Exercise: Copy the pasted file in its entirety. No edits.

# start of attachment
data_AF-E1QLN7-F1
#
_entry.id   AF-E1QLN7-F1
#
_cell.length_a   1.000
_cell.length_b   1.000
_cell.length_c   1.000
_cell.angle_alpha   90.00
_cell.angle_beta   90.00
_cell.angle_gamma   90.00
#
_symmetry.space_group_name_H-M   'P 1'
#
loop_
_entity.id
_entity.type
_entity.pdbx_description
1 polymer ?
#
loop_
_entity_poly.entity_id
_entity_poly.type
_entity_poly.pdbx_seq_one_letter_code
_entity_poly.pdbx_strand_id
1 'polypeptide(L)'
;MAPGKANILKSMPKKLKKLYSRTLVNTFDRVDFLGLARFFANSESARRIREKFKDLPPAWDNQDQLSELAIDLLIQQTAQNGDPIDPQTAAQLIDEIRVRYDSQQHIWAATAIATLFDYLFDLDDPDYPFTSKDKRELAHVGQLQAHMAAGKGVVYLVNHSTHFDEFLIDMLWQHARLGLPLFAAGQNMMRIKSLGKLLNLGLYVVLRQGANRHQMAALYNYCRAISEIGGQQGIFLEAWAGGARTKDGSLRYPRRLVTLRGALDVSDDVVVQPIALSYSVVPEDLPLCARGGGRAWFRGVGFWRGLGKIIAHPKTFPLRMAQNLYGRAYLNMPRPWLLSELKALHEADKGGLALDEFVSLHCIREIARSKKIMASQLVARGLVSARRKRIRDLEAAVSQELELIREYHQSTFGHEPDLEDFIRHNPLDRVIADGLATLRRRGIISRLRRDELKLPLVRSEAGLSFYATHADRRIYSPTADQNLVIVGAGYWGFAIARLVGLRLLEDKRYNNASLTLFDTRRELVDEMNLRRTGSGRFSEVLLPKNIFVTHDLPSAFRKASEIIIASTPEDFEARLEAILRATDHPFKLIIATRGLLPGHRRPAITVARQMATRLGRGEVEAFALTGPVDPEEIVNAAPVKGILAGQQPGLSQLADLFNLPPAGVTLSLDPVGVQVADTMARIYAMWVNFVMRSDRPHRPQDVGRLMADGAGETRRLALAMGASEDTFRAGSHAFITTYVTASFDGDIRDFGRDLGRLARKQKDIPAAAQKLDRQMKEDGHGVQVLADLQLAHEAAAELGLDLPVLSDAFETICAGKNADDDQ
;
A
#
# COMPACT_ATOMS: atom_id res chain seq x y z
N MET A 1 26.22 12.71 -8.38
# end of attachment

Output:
data_AF-E1QLN7-F1
#
_entry.id   AF-E1QLN7-F1
#
_cell.length_a   1.000
_cell.length_b   1.000
_cell.length_c   1.000
_cell.angle_alpha   90.00
_cell.angle_beta   90.00
_cell.angle_gamma   90.00
#
_symmetry.space_group_name_H-M   'P 1'
#
loop_
_entity.id
_entity.type
_entity.pdbx_description
1 polymer ?
#
loop_
_entity_poly.entity_id
_entity_poly.type
_entity_poly.pdbx_seq_one_letter_code
_entity_poly.pdbx_strand_id
1 'polypeptide(L)'
;MAPGKANILKSMPKKLKKLYSRTLVNTFDRVDFLGLARFFANSESARRIREKFKDLPPAWDNQDQLSELAIDLLIQQTAQNGDPIDPQTAAQLIDEIRVRYDSQQHIWAATAIATLFDYLFDLDDPDYPFTSKDKRELAHVGQLQAHMAAGKGVVYLVNHSTHFDEFLIDMLWQHARLGLPLFAAGQNMMRIKSLGKLLNLGLYVVLRQGANRHQMAALYNYCRAISEIGGQQGIFLEAWAGGARTKDGSLRYPRRLVTLRGALDVSDDVVVQPIALSYSVVPEDLPLCARGGGRAWFRGVGFWRGLGKIIAHPKTFPLRMAQNLYGRAYLNMPRPWLLSELKALHEADKGGLALDEFVSLHCIREIARSKKIMASQLVARGLVSARRKRIRDLEAAVSQELELIREYHQSTFGHEPDLEDFIRHNPLDRVIADGLATLRRRGIISRLRRDELKLPLVRSEAGLSFYATHADRRIYSPTADQNLVIVGAGYWGFAIARLVGLRLLEDKRYNNASLTLFDTRRELVDEMNLRRTGSGRFSEVLLPKNIFVTHDLPSAFRKASEIIIASTPEDFEARLEAILRATDHPFKLIIATRGLLPGHRRPAITVARQMATRLGRGEVEAFALTGPVDPEEIVNAAPVKGILAGQQPGLSQLADLFNLPPAGVTLSLDPVGVQVADTMARIYAMWVNFVMRSDRPHRPQDVGRLMADGAGETRRLALAMGASEDTFRAGSHAFITTYVTASFDGDIRDFGRDLGRLARKQKDIPAAAQKLDRQMKEDGHGVQVLADLQLAHEAAAELGLDLPVLSDAFETICAGKNADDDQ
;
A
#
# COMPACT_ATOMS: atom_id res chain seq x y z
N MET A 1 26.22 12.71 -8.38